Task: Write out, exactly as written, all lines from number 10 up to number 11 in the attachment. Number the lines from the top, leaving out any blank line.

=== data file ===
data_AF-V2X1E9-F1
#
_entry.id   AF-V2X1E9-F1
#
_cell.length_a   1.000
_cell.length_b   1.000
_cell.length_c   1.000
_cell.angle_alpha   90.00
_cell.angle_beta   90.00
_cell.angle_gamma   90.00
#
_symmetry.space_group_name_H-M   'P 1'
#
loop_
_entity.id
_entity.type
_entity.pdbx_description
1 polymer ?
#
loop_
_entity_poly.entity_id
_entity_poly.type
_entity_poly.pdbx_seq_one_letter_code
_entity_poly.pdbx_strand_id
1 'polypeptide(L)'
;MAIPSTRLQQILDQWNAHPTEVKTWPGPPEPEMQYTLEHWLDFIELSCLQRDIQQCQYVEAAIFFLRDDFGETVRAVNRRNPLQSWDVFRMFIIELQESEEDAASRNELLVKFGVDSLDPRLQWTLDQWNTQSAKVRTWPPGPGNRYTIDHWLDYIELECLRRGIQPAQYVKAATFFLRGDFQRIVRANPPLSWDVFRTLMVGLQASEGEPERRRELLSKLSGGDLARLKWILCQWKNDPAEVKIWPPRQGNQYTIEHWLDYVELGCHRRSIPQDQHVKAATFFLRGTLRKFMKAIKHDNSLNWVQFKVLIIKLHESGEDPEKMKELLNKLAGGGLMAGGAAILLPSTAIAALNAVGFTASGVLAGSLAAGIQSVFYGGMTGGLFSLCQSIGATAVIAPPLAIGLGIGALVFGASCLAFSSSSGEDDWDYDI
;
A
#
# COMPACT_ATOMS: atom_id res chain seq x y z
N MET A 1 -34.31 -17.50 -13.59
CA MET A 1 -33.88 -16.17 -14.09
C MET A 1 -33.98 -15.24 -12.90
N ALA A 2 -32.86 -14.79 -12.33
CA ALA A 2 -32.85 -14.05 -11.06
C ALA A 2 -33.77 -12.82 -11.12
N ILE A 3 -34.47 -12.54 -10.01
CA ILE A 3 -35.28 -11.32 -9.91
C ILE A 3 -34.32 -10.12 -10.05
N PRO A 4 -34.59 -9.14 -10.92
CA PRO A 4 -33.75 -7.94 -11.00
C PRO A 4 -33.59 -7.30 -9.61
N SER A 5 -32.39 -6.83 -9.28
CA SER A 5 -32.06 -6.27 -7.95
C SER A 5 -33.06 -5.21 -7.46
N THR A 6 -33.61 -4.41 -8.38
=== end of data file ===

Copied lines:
_cell.angle_gamma   90.00
#